Although the consignment is controlled and the costs are less than a letter of credit, the bank’s involvement is restricted in protecting you, unless the drafts are drawn on them. They are under no obligation to pay you as they are with a letter of credit, and these processes are governed by their own International Chamber of Commerce guidelines. Before using these instruments, you should become familiar with the specifics or obtain consultation on the details.
Rules on the use of Draft Collections
These rules are published by the International Chamber of Commerce (ICC), located in Paris, but with an office in New York. The title of the rules is “The Uniform Rules for Collection, ” publication number URC 522, revised January 1, 1996. The rules are revised from time to time and when they are revised, those who use drafts need to apprise themselves of any changes.
Your international banker can provide you with a synopsis or you can contact the ICC directly, at http://www.iccwbo.org/.
If not required by the foreign government, the letter of credit (L/C) is commonly used when the risk of non-payment is too great to allow any other form of payment except for cash in advance, and the buyer is unwilling or unable to pay that way. The letter of credit is an electronically generated contract between the buyer’s bank and the exporter. The buyer’s bank substitutes the credit of the buyer with their own, at a fee and with a set of instructions to accomplish in order to secure payment.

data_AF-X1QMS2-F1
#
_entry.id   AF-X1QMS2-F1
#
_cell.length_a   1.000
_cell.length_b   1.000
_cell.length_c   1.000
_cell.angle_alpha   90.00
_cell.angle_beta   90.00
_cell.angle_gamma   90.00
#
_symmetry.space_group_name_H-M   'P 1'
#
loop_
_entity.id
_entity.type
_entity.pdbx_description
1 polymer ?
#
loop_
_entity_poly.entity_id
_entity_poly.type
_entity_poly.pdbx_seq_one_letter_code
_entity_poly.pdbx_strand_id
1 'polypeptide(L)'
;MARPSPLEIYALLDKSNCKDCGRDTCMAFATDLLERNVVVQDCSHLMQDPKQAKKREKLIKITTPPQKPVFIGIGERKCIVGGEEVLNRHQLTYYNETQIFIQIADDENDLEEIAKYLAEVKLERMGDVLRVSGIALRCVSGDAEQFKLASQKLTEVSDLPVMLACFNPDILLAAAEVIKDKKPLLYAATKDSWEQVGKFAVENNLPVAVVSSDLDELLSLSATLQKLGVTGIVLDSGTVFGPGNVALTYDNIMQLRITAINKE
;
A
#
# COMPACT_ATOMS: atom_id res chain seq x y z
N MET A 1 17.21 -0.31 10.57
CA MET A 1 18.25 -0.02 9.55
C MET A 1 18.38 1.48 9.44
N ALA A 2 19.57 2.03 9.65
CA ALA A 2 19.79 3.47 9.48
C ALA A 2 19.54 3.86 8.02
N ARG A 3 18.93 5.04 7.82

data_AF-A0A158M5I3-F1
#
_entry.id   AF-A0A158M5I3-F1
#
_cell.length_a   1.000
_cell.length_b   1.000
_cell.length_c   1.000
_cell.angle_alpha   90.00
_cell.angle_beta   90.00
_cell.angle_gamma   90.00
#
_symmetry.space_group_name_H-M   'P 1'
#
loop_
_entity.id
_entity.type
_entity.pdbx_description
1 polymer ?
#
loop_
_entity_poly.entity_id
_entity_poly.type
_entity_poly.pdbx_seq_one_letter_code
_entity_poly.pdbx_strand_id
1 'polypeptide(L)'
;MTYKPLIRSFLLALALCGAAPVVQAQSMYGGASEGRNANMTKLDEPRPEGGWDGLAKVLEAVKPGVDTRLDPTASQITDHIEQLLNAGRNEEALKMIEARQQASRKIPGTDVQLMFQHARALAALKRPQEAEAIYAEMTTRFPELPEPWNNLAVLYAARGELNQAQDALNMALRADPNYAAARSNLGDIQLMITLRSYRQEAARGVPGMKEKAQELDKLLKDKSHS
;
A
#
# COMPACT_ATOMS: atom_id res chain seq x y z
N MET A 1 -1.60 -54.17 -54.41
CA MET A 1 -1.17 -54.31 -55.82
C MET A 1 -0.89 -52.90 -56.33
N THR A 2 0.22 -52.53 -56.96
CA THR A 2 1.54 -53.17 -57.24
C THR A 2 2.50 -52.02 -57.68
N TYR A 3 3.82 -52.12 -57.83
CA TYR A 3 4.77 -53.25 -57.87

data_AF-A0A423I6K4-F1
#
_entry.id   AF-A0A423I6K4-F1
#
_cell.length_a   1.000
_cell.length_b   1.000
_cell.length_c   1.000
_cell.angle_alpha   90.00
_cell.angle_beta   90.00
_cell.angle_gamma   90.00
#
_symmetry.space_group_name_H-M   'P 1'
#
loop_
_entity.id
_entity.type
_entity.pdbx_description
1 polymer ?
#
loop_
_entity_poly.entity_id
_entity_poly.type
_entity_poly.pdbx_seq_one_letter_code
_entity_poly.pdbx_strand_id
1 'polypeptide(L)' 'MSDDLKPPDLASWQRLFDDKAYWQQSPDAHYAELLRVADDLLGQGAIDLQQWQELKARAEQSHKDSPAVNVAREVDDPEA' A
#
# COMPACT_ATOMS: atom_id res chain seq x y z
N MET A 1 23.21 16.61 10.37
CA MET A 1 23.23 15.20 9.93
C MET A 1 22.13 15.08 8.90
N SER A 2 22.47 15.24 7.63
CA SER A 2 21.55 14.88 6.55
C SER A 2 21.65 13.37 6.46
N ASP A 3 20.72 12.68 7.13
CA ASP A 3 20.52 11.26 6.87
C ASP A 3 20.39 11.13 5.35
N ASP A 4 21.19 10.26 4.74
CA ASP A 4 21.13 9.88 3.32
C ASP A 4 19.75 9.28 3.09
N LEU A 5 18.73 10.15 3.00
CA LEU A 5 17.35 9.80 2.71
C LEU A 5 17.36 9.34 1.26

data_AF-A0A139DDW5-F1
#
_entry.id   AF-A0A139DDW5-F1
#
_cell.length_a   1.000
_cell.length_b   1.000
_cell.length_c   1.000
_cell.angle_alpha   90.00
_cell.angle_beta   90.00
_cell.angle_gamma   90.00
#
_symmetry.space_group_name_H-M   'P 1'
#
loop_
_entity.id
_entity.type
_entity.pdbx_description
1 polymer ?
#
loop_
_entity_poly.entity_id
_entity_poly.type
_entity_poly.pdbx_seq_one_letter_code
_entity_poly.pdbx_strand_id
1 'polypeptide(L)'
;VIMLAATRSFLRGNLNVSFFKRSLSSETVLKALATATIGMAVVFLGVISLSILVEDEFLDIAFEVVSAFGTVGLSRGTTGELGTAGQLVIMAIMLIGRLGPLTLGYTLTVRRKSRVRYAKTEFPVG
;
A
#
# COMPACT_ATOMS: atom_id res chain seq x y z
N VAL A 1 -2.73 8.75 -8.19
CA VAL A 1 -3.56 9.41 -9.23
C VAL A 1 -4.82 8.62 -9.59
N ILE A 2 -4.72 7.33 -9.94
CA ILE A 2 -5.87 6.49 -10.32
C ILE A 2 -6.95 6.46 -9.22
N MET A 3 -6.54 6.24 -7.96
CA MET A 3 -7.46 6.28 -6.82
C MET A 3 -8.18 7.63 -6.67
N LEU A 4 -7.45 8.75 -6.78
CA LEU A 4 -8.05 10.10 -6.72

Under this term, the buyer’s bank enters into a letter of credit contract with the seller, stipulating them as the beneficiary. The buyer’s bank then (usually) contacts a bank in the United States and asks them to either advise the letter of credit to the seller in the U.S. or to add their confirmation. By adding their confirmation, the U.S. bank agrees to pay the beneficiary even if they are unable to collect from the issuing (buyers) bank. The most important aspect of a letter of credit is that the banks involved have no obligation to pay in the event of serious discrepancies on the documents supplied by the beneficiary (seller).
Why Use Letters of Credit?
For the seller, the L/C allows for minimal risk exposure. Although not a guarantee of payment, the issuing bank is obligated to pay if all of the terms and conditions have been met. This payment method may also allow for financing from Federal, State or private financial institutions, which may provide working capital and advance partial payment, as an incentive to export from the United States.